Endgame: Problem-Solving in the Logistics Industry


I HAVE ALWAYS been fascinated with puzzles. As a child, word search, crossword, scrambled words, and jigsaws were some of my favorites. Occasional trips to Cracker Barrel were a real treat because they had the horseshoes connected by a chain with the loop in the middle and the triangle pegboard with the golf tees. Getting the loop off the horseshoes was a real challenge. Dad could always do that one quickly, but it would take me most of the meal. He would laugh at my frustrations which would make me try even harder. The triangle peg board game with the golf tees was my specialty. I figured out a system: if I left the same, single hole empty at the beginning, I could fly through the steps. Like the puzzle’s tagline, “leave just one and you’re a genius.” I was a puzzle-loving, problem-solving genius.

Then came the puzzle on steroids called the Rubik’s Cube. You remember the little six-sided cube covered by nine stickers in six colors: white, red, blue, orange, green, and yellow. Twists and turns, looking from one side to the other and then more twists and turns trying to get all the same colors together on each of the six sides. Hours upon hours, miles upon miles of trips in the car trying to solve this little cube of frustration. Just as I thought I was about to master it, someone would come along, move it one way or the other, and I was back to square one.

It could have been my fascination with problem-solving that led me into the 3PL arena. After all, isn’t that what we do every day? We solve problems in the supply chain for our clients. We move the pieces of the puzzle for shippers, receivers, distribution centers, and warehouses with the endgame of solving their logistical issues. We develop processes, invest in technology, train our people, implement systems, and establish our business models all with the same goals of success, and as TIA Members, we do it very well.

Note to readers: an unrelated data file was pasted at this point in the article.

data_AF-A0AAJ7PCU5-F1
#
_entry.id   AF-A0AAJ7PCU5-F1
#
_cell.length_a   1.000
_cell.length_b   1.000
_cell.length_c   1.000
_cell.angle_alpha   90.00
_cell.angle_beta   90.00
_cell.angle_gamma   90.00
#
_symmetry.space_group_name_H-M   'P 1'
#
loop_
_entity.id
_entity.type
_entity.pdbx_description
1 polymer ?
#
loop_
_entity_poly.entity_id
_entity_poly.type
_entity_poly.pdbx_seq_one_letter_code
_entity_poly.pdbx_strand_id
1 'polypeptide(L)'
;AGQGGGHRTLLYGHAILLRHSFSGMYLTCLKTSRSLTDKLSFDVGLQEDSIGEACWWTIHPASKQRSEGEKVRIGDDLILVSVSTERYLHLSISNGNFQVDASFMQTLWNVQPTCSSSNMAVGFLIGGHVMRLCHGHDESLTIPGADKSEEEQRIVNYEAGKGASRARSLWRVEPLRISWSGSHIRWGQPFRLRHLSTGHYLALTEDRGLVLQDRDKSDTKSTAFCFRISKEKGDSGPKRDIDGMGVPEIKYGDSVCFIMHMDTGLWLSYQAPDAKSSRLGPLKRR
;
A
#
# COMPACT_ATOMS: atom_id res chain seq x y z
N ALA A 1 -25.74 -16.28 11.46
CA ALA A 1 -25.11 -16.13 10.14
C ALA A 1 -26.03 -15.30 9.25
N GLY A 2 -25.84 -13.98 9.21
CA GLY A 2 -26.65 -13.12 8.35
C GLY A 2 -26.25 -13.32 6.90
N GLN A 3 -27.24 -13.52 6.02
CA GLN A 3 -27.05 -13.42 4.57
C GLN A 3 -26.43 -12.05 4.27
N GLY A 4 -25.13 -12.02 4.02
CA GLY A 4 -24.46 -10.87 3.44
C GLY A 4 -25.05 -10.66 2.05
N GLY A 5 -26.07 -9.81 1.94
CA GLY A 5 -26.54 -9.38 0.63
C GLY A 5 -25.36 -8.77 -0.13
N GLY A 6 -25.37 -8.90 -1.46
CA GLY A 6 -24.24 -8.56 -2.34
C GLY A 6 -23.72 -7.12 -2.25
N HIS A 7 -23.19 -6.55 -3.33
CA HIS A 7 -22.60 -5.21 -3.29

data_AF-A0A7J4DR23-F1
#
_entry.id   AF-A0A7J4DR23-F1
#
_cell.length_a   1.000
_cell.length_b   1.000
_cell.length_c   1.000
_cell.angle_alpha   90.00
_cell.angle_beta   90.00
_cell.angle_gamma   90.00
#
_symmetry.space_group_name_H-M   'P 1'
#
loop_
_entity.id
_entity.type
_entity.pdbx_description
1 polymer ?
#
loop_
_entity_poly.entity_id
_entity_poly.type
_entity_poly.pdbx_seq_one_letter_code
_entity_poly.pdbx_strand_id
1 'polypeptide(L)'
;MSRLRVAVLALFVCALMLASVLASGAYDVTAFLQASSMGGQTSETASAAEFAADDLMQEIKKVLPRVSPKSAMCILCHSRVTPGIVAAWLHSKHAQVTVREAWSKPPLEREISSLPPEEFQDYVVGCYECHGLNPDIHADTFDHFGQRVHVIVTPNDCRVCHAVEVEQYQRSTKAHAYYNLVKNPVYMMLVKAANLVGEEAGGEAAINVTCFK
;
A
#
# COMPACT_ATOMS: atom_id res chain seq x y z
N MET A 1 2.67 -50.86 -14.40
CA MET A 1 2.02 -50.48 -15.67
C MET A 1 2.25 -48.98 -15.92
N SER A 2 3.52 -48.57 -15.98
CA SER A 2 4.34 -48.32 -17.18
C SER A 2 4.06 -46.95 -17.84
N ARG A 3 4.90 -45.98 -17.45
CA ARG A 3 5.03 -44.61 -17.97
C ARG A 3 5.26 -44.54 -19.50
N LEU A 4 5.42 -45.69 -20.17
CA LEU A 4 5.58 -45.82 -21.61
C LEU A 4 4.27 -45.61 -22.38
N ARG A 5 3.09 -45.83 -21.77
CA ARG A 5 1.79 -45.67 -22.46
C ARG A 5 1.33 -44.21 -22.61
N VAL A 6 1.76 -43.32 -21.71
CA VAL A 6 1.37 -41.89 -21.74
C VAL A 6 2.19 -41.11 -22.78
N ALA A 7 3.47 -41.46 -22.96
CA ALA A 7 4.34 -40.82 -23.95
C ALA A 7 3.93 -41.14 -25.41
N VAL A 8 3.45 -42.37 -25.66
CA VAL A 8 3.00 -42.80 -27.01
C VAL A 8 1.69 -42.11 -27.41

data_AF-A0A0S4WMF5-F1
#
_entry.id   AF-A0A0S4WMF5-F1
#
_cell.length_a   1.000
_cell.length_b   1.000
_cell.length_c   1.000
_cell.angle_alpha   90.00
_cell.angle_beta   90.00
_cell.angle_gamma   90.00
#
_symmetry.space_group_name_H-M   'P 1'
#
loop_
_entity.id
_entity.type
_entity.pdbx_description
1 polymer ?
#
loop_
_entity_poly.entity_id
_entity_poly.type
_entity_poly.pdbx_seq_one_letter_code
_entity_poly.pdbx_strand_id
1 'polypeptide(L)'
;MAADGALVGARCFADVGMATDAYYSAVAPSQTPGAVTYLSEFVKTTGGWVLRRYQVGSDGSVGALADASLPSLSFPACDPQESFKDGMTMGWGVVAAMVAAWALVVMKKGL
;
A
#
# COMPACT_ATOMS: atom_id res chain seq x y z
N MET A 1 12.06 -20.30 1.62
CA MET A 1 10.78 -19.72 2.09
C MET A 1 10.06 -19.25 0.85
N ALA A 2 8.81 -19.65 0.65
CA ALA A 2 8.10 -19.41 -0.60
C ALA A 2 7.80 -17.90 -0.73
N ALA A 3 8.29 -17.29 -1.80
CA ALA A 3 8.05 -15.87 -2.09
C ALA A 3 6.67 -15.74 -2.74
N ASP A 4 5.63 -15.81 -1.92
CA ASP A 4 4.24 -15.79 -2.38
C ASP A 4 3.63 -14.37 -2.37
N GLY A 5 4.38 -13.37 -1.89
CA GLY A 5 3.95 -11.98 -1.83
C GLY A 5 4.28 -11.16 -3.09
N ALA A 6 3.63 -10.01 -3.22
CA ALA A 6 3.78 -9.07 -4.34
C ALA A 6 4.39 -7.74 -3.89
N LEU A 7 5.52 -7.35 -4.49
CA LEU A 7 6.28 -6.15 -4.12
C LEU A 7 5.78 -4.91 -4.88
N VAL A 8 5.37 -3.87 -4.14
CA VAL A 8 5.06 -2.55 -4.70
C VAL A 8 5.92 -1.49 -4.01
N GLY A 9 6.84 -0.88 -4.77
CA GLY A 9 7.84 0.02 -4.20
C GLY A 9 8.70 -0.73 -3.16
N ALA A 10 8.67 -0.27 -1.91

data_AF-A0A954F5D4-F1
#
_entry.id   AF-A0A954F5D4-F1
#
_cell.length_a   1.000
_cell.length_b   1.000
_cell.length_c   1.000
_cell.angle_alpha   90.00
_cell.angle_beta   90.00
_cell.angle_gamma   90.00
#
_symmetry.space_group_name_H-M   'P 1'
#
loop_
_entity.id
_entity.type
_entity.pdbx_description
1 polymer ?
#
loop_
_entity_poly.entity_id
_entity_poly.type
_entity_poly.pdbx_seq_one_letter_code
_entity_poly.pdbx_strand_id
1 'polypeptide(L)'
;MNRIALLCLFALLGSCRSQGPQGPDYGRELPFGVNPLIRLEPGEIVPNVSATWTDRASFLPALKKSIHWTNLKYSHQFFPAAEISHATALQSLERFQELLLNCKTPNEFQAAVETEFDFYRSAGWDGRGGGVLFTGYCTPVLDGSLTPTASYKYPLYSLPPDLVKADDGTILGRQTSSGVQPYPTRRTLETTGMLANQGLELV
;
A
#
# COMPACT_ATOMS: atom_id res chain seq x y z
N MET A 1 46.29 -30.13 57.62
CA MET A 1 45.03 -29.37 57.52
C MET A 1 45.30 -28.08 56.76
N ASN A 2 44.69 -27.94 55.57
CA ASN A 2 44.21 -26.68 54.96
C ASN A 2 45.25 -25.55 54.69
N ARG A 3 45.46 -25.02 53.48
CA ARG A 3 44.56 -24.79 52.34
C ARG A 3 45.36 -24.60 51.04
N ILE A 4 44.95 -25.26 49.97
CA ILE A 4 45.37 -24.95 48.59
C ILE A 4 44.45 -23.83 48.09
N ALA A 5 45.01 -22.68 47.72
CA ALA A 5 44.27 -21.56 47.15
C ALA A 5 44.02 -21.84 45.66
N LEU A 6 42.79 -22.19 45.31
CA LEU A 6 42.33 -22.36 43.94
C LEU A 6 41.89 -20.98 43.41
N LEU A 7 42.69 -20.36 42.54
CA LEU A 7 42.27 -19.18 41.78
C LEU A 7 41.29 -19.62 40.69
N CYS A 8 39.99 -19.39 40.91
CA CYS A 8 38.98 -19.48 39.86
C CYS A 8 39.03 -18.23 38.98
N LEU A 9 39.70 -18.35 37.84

However, just like the Cracker Barrel peg board game, if I left the same hole empty at the beginning, I could easily solve the puzzle. But what happened when I wasn’t in control of the one empty hole at the beginning?

Serving as your Chairman of the Board for the last two years has been one of the most rewarding and challenging times of my career. Together we have overcome many challenges. We have gone through major staffing changes at our association headquarters, replacing institutional knowledge that had been in place for more than 20 years. We overcame those changes and have been blessed with staffing additions that will pave the way for a new and brighter history in the chapters of the TIA novel.

We have been faced with a pandemic, unlike any we have ever seen. As we continue to navigate through that, we have grown as an association in many ways. We have perfected how to continue to serve and educate our members through technology and how to host and facilitate virtual meetings (albeit not our preference; I sure miss seeing all of you face-to-face) for our membership. TIA continues to move forward, improving and expanding our offerings to our membership. After all, our daily inspiration is to add value for our members and to make their businesses more successful.

In the 1998 book, Who Moved My Cheese, Dr. Spencer Johnson points out 15 core lessons about change in the landscape of business life. Three of those, I find most appropriate to where we are in our current lives:

#1 Change Is a Constant

Whether you appreciate it or not, the world is in constant flux and everything is always changing. Being able to roll with the punches and accept that things will change will result in a happier outlook on life and in business with a better strategy to reach your goals.

#2 The Old Ways Don’t Always Work

In the book, the characters learn early that returning to the old places where they had found the cheese before doesn’t work in their new circumstances. Don’t rely on the old ways of doing things when it comes to your business. Instead, adapt your game plan and be flexible enough to change how you operate to survive and thrive.

#3 Avoid Complacency

The ability to master new techniques will help you navigate the maze of business life and ensure that you can meet any challenge you might encounter. Skills are only useful if you continue to cultivate them. Practice change readiness and allow change to keep your business from stalling.

In closing, it’s been an honor in my life to serve this membership through these changes. Together we have been able to adapt, improve and overcome. We are a premier association because of the fortitude of our membership and because of the excellence of our staff. Over the last two years, someone grabbed our triangle pegboard game of golf tees and moved our starting hole. We’ve all had to develop new systems. However, with your willingness to change and with your TIA team watching over the game, I believe we will all be able to leave just one tee in the end. #beaTIAgenius

Brian Evans, CTB is President & CEO of L&L Freight Services, an exceptional freight management and property brokerage services based in Cabot, Arkansas.